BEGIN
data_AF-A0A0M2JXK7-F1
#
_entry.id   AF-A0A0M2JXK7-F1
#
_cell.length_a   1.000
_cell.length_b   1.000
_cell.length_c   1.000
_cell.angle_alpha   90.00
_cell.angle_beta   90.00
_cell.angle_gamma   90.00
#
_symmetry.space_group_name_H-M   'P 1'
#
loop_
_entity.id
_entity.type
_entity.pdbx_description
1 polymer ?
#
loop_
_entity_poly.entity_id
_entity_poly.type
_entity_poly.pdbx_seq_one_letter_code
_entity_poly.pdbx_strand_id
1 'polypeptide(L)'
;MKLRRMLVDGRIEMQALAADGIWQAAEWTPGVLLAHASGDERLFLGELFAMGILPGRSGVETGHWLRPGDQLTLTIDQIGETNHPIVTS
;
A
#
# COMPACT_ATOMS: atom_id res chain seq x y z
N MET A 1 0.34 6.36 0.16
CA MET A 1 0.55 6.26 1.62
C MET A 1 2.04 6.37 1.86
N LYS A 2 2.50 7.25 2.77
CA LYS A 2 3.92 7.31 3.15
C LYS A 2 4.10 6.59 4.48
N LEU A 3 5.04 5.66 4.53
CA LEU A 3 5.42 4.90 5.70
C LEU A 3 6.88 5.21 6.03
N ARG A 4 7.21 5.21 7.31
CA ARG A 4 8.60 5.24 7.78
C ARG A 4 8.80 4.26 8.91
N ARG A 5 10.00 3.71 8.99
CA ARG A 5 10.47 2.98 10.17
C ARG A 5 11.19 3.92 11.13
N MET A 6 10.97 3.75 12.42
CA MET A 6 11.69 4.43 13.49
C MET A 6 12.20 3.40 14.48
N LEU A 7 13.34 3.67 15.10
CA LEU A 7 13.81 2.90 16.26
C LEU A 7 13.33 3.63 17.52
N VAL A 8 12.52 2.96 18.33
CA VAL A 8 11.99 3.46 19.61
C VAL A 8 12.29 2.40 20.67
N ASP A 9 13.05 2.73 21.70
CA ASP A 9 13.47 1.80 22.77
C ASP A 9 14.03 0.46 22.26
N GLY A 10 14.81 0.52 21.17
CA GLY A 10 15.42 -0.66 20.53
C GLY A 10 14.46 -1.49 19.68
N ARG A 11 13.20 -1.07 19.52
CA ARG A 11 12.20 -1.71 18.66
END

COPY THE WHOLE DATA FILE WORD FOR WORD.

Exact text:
data_AF-A0A0M2JXK7-F1
#
_entry.id   AF-A0A0M2JXK7-F1
#
_cell.length_a   1.000
_cell.length_b   1.000
_cell.length_c   1.000
_cell.angle_alpha   90.00
_cell.angle_beta   90.00
_cell.angle_gamma   90.00
#
_symmetry.space_group_name_H-M   'P 1'
#
loop_
_entity.id
_entity.type
_entity.pdbx_description
1 polymer ?
#
loop_
_entity_poly.entity_id
_entity_poly.type
_entity_poly.pdbx_seq_one_letter_code
_entity_poly.pdbx_strand_id
1 'polypeptide(L)'
;MKLRRMLVDGRIEMQALAADGIWQAAEWTPGVLLAHASGDERLFLGELFAMGILPGRSGVETGHWLRPGDQLTLTIDQIGETNHPIVTS
;
A
#
# COMPACT_ATOMS: atom_id res chain seq x y z
N MET A 1 0.34 6.36 0.16
CA MET A 1 0.55 6.26 1.62
C MET A 1 2.04 6.37 1.86
N LYS A 2 2.50 7.25 2.77
CA LYS A 2 3.92 7.31 3.15
C LYS A 2 4.10 6.59 4.48
N LEU A 3 5.04 5.66 4.53
CA LEU A 3 5.42 4.90 5.70
C LEU A 3 6.88 5.21 6.03
N ARG A 4 7.21 5.21 7.31
CA ARG A 4 8.60 5.24 7.78
C ARG A 4 8.80 4.26 8.91
N ARG A 5 10.00 3.71 8.99
CA ARG A 5 10.47 2.98 10.17
C ARG A 5 11.19 3.92 11.13
N MET A 6 10.97 3.75 12.42
CA MET A 6 11.69 4.43 13.49
C MET A 6 12.20 3.40 14.48
N LEU A 7 13.34 3.67 15.10
CA LEU A 7 13.81 2.90 16.26
C LEU A 7 13.33 3.63 17.52
N VAL A 8 12.52 2.96 18.33
CA VAL A 8 11.99 3.46 19.61
C VAL A 8 12.29 2.40 20.67
N ASP A 9 13.05 2.73 21.70
CA ASP A 9 13.47 1.80 22.77
C ASP A 9 14.03 0.46 22.26
N GLY A 10 14.81 0.52 21.17
CA GLY A 10 15.42 -0.66 20.53
C GLY A 10 14.46 -1.49 19.68
N ARG A 11 13.20 -1.07 19.52
CA ARG A 11 12.20 -1.71 18.66